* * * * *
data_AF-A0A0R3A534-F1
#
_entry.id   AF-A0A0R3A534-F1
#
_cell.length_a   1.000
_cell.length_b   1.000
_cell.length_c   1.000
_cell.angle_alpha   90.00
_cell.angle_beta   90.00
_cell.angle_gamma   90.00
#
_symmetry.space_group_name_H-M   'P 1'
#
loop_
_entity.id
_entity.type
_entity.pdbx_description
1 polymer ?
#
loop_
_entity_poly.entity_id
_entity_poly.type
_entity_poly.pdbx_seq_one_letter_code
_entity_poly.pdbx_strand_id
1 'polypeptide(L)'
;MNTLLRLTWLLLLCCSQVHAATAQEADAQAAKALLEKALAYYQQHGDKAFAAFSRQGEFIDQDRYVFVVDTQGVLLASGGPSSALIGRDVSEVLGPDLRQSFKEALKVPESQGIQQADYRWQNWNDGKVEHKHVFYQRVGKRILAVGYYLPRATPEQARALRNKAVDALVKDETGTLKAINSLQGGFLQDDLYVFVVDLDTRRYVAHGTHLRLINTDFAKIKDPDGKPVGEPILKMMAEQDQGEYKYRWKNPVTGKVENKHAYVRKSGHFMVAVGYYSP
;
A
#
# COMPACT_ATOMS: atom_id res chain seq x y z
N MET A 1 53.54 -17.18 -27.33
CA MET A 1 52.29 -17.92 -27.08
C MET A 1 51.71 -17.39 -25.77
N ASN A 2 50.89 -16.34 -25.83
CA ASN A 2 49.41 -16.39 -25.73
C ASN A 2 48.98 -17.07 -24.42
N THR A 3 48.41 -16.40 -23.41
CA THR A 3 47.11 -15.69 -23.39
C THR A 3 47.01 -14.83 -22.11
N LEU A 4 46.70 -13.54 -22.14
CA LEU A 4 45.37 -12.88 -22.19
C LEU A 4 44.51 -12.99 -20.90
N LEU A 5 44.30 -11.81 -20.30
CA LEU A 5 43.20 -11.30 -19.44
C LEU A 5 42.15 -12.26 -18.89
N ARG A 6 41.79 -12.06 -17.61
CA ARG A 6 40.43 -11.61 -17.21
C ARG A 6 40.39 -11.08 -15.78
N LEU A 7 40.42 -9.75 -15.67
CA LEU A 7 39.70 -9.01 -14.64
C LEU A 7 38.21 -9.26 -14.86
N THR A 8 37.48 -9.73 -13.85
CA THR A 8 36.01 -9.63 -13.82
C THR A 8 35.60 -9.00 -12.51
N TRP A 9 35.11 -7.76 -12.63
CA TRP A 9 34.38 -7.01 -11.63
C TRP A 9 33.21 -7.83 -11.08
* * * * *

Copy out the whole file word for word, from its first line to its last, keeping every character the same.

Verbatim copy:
data_AF-A0A0R3A534-F1
#
_entry.id   AF-A0A0R3A534-F1
#
_cell.length_a   1.000
_cell.length_b   1.000
_cell.length_c   1.000
_cell.angle_alpha   90.00
_cell.angle_beta   90.00
_cell.angle_gamma   90.00
#
_symmetry.space_group_name_H-M   'P 1'
#
loop_
_entity.id
_entity.type
_entity.pdbx_description
1 polymer ?
#
loop_
_entity_poly.entity_id
_entity_poly.type
_entity_poly.pdbx_seq_one_letter_code
_entity_poly.pdbx_strand_id
1 'polypeptide(L)'
;MNTLLRLTWLLLLCCSQVHAATAQEADAQAAKALLEKALAYYQQHGDKAFAAFSRQGEFIDQDRYVFVVDTQGVLLASGGPSSALIGRDVSEVLGPDLRQSFKEALKVPESQGIQQADYRWQNWNDGKVEHKHVFYQRVGKRILAVGYYLPRATPEQARALRNKAVDALVKDETGTLKAINSLQGGFLQDDLYVFVVDLDTRRYVAHGTHLRLINTDFAKIKDPDGKPVGEPILKMMAEQDQGEYKYRWKNPVTGKVENKHAYVRKSGHFMVAVGYYSP
;
A
#
# COMPACT_ATOMS: atom_id res chain seq x y z
N MET A 1 53.54 -17.18 -27.33
CA MET A 1 52.29 -17.92 -27.08
C MET A 1 51.71 -17.39 -25.77
N ASN A 2 50.89 -16.34 -25.83
CA ASN A 2 49.41 -16.39 -25.73
C ASN A 2 48.98 -17.07 -24.42
N THR A 3 48.41 -16.40 -23.41
CA THR A 3 47.11 -15.69 -23.39
C THR A 3 47.01 -14.83 -22.11
N LEU A 4 46.70 -13.54 -22.14
CA LEU A 4 45.37 -12.88 -22.19
C LEU A 4 44.51 -12.99 -20.90
N LEU A 5 44.30 -11.81 -20.30
CA LEU A 5 43.20 -11.30 -19.44
C LEU A 5 42.15 -12.26 -18.89
N ARG A 6 41.79 -12.06 -17.61
CA ARG A 6 40.43 -11.61 -17.21
C ARG A 6 40.39 -11.08 -15.78
N LEU A 7 40.42 -9.75 -15.67
CA LEU A 7 39.70 -9.01 -14.64
C LEU A 7 38.21 -9.26 -14.86
N THR A 8 37.48 -9.73 -13.85
CA THR A 8 36.01 -9.63 -13.82
C THR A 8 35.60 -9.00 -12.51
N TRP A 9 35.11 -7.76 -12.63
CA TRP A 9 34.38 -7.01 -11.63
C TRP A 9 33.21 -7.83 -11.08